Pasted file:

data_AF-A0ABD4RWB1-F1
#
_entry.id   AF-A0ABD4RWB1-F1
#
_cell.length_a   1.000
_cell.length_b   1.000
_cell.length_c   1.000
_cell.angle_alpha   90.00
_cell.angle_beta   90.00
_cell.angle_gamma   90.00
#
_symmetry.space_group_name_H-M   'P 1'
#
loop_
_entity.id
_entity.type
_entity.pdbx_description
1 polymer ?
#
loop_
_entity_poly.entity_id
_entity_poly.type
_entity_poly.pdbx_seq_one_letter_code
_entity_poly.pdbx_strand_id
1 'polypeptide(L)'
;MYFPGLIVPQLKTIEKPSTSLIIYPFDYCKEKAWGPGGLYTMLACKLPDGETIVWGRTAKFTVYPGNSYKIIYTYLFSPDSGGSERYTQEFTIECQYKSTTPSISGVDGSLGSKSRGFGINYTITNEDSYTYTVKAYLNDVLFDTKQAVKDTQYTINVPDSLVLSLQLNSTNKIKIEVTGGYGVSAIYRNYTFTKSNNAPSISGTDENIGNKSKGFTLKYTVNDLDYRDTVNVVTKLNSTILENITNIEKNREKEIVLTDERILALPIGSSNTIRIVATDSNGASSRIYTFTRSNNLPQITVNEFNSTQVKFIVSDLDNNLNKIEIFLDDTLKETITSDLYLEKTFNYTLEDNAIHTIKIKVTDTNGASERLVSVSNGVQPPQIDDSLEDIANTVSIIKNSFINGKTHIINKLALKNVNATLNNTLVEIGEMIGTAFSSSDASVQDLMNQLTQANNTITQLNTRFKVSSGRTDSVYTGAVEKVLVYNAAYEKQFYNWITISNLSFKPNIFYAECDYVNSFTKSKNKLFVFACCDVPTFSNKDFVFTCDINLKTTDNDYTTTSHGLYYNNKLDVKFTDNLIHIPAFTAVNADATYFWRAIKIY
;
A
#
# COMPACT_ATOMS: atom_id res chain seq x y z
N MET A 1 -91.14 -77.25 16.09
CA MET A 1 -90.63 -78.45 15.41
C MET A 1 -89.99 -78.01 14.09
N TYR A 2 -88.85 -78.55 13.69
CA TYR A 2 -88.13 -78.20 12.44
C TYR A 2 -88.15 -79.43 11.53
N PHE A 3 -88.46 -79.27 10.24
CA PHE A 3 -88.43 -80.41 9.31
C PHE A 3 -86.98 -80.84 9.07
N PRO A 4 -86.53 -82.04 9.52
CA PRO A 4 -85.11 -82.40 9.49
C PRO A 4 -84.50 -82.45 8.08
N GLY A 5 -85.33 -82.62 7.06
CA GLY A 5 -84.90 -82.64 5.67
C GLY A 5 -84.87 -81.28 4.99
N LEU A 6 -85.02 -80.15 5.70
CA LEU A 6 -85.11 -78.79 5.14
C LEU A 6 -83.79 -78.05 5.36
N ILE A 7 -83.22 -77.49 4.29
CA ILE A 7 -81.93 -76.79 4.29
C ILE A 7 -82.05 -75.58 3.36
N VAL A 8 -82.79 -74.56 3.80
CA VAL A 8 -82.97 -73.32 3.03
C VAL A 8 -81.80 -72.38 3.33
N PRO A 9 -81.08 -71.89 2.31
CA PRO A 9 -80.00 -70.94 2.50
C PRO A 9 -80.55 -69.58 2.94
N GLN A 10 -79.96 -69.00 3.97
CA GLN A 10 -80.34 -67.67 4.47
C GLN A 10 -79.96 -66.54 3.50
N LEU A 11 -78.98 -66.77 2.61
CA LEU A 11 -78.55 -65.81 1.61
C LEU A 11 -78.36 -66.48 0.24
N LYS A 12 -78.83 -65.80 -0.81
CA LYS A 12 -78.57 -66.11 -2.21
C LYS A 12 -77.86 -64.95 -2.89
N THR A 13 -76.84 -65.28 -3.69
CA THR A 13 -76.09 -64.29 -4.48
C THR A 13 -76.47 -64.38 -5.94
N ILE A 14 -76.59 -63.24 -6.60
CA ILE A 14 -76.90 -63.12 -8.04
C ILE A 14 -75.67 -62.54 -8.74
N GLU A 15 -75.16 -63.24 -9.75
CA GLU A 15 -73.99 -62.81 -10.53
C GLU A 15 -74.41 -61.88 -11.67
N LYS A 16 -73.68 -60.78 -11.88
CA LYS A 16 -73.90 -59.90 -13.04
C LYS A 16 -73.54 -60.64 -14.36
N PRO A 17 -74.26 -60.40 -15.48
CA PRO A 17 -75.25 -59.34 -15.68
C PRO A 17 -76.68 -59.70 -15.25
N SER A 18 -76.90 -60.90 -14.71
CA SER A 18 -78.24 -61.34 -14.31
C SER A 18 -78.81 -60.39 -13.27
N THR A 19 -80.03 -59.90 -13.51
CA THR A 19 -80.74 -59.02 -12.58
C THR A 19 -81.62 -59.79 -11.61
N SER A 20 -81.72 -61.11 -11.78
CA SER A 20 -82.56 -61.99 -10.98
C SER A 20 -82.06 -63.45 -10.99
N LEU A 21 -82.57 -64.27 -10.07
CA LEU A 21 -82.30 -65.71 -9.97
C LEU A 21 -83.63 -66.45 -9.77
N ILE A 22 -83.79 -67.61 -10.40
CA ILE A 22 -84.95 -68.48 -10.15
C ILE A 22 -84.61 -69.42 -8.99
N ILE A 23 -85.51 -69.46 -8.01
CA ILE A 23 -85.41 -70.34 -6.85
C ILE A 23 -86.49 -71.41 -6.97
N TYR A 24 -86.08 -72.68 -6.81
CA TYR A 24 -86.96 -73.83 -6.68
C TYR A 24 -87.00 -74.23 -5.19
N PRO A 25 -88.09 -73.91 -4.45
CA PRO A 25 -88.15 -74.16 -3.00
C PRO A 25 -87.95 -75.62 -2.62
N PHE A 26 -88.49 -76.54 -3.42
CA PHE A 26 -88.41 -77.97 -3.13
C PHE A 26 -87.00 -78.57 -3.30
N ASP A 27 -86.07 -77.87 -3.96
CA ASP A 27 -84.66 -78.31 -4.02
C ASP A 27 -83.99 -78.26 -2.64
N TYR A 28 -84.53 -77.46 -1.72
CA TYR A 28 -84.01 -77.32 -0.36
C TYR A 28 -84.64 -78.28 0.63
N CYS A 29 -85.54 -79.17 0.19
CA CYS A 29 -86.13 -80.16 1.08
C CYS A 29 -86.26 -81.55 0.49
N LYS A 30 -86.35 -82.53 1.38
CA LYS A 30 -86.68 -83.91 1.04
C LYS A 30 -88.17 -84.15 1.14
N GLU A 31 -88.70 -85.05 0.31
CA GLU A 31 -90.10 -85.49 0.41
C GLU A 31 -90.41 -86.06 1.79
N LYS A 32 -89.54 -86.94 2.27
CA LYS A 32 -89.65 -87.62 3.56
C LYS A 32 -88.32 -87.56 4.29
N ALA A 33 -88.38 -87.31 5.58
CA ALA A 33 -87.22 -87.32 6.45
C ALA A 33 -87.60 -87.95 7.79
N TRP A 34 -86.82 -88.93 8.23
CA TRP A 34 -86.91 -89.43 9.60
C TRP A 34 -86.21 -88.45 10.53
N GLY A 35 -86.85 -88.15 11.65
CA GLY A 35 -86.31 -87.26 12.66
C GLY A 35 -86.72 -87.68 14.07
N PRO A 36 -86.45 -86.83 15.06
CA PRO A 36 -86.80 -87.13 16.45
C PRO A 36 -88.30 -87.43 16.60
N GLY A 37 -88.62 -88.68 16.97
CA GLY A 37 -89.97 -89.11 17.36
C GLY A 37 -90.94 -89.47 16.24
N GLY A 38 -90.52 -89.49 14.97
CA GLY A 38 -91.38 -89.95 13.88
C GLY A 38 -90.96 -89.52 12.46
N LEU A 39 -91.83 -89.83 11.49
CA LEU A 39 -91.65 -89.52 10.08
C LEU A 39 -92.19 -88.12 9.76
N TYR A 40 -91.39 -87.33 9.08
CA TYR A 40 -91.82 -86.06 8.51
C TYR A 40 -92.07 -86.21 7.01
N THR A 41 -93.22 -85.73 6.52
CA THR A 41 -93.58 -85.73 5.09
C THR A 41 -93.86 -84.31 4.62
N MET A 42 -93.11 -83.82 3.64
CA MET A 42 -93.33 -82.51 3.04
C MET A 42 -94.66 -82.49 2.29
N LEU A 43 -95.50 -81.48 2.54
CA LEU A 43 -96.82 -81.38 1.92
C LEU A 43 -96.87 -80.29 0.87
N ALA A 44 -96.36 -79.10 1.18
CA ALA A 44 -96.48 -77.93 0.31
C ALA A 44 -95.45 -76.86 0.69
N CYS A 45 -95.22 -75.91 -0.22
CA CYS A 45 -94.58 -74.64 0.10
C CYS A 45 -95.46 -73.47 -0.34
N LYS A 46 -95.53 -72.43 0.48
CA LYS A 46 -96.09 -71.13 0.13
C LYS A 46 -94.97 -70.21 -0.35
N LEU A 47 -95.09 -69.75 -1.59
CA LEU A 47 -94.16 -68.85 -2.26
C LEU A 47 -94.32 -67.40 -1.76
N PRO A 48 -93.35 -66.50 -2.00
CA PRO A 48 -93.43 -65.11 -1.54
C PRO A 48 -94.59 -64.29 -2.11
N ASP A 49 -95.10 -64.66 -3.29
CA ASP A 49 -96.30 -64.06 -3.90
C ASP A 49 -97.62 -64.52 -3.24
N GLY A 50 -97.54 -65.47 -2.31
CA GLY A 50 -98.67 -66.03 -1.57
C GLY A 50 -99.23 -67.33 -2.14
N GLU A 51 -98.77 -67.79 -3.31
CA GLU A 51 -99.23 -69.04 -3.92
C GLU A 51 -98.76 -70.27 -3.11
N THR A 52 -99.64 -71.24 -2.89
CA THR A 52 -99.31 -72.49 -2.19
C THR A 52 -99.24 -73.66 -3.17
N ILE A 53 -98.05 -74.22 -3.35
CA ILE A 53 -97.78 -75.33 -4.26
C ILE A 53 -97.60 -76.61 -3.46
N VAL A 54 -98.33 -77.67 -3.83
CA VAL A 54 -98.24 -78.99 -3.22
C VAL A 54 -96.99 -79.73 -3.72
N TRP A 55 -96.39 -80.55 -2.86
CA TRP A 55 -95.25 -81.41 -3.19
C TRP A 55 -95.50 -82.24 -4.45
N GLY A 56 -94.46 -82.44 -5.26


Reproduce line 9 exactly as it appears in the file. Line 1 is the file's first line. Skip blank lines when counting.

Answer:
_cell.angle_beta   90.00